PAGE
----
A lack of work
Having undergone flying proficiency testing at Whitchurch, Bristol, the ATA pilots were ready to go but unfortunately the role d’Erlanger originally envisioned for them didn’t appear. There were no communication flights scheduled, meaning the pilots had little to do.
Then in September 1939, their flying skills were tested by the RAF in a Harvard advanced trainer and after successfully demonstrating their abilities, the ATA were attached to RAF Reserve Command. Conflict between the civilians and the RAF personnel soon emerged.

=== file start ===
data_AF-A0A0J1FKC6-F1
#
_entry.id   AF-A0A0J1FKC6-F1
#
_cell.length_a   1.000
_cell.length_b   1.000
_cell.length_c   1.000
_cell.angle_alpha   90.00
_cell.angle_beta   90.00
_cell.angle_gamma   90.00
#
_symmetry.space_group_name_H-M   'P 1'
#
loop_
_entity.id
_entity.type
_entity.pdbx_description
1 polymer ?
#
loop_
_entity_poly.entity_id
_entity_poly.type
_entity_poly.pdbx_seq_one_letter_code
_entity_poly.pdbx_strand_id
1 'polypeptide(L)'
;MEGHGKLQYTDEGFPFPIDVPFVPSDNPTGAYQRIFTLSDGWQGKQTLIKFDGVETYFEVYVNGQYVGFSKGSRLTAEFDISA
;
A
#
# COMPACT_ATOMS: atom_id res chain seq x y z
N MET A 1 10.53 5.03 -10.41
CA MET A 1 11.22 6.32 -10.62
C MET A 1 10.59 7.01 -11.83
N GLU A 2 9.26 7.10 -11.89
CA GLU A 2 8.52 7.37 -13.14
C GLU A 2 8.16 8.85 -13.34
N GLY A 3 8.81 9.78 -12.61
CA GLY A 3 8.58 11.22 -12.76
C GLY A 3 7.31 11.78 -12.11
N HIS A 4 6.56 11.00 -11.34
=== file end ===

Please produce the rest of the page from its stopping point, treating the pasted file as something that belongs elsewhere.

Despite this, d’Erlanger’s vision had finally been realised and the ATA formally took on the role of ferrying operational aircraft for the Services.